The Tumby Bay District Council has given in-principle support to the Cape Hardy multi-commodity port proposal.
Council chief executive officer Trevor Smith said at this week's council meeting he did not believe officially backing the port was in conflict with the council negotiating conditions from the approvals processes such as infrastructure and social management issues.
"This support is not representing that requirement, we still have to make decisions in the best interest of our residents," he said.
"I denote this as not an alternate of Port Spencer but as an alternate to another port outside of the Eyre Peninsula or South Australia completely."
He said it would not be in conflict with the single use port at Port Spencer and councillor Ricky Trenberth agreed the Port Spencer project could be considered in future.
Mr Trenberth moved the recommendation to support the proposal and said it was a "necessary signal that we are open for business".
The council previously supported Port Spencer before Centrex Metals downgraded its interest in the port in 2015.
The news comes as Iron Road has signed an agreement with Australian renewable energy company The Hydrogen Utility (H2U) to work collectively on developing hydrogen production capabilities at the precinct at Cape Hardy.
H2U is expecting to begin site development of its electrolysis and ammonia production facility at Port Lincoln early next year, but had identified Cape Hardy as the preferred location for a larger green hydrogen production and export hub.
Iron Road managing director Andrew Stocks said the Cape Hardy deep water port was a true multi-user, multi-commodity project that was unlike anything else in the country.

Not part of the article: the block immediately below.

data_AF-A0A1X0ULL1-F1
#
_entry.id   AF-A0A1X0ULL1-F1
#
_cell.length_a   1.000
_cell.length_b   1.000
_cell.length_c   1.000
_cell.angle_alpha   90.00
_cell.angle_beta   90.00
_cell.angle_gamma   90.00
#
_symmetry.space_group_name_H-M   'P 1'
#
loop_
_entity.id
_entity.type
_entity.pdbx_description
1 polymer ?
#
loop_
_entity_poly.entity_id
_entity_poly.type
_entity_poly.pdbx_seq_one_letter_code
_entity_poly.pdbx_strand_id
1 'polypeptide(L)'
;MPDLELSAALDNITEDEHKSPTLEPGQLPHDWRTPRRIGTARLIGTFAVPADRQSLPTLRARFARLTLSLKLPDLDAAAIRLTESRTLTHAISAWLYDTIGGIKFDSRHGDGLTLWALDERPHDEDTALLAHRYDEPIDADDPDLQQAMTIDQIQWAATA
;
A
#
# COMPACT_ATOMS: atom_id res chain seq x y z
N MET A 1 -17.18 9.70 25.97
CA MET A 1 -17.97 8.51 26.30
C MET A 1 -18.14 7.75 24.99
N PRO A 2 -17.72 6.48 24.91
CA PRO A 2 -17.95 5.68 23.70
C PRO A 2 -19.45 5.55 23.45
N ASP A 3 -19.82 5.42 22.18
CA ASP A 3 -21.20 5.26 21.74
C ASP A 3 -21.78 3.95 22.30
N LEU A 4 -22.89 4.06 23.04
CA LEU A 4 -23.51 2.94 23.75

"The unique location, the scale of the Cape Hardy industrial port development offers the opportunity to grow a green manufacturing precinct without impacting an adjacent population centre," he said.
"Unlocking the port potential is also expected to have a positive impact on investment discussions for the wider Central Eyre Iron Project development."
H2U chief executive officer Dr Attilio Pigneri said the precinct would seek to satisfy the growing world demand for decarbonised industrial products and energy.
"The hydrogen infrastructure to be built at Cape Hardy, integrated with the world-class renewable energy resource on the Eyre Peninsula positions the region to grow exports as the markets for decarbonised energy and industrial chemicals in North Asia grow," he said.
Regional Development Australia Whyalla and Eyre Peninsula chief executive officer Dion Dorward said it was pleasing to see the agreement happen as it would help diversify the region's economy and value add to the region's primary industries.
Eyre Peninsula Cooperative Bulk Handling, who is working with Iron Road to develop a grain supply chain network incorporating Cape Hardy has expressed support for the new precinct.